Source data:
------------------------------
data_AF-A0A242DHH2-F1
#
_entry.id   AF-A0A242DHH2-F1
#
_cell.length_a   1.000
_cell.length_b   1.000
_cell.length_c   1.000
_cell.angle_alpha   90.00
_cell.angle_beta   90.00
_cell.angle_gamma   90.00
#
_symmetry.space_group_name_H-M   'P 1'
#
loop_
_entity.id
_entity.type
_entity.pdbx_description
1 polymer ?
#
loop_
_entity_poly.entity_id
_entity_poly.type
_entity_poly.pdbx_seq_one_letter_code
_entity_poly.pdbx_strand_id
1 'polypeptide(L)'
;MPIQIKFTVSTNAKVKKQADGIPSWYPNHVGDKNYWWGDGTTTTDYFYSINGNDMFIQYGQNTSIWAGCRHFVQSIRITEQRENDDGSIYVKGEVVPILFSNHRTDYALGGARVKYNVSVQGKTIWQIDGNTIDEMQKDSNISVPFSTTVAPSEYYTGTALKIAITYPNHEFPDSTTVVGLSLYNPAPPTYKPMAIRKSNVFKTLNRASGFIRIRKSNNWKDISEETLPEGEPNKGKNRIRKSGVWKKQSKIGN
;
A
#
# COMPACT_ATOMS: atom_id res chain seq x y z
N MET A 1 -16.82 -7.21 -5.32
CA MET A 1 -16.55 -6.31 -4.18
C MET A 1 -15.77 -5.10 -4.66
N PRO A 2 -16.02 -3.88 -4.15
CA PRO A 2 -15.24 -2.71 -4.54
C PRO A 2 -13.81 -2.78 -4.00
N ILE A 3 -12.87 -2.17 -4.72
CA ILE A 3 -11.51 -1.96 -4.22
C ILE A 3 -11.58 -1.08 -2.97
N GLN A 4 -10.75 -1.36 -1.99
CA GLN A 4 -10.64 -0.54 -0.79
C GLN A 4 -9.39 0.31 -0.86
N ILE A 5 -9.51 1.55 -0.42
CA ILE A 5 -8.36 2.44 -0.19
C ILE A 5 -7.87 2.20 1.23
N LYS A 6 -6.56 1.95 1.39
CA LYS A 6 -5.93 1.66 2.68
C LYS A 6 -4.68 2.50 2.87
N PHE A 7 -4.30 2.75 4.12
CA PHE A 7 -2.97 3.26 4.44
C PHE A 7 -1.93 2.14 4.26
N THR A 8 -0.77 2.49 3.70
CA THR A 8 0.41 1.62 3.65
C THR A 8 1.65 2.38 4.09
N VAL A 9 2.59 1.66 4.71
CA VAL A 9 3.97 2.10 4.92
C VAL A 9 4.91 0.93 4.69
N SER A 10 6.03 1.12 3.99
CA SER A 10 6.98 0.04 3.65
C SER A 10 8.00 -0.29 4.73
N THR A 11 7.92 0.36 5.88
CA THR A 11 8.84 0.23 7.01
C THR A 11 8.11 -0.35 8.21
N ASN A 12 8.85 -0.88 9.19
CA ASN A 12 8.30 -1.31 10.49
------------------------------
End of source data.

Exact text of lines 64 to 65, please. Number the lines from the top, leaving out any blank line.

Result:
N ASN A 12 8.85 -0.88 9.19
CA ASN A 12 8.30 -1.31 10.49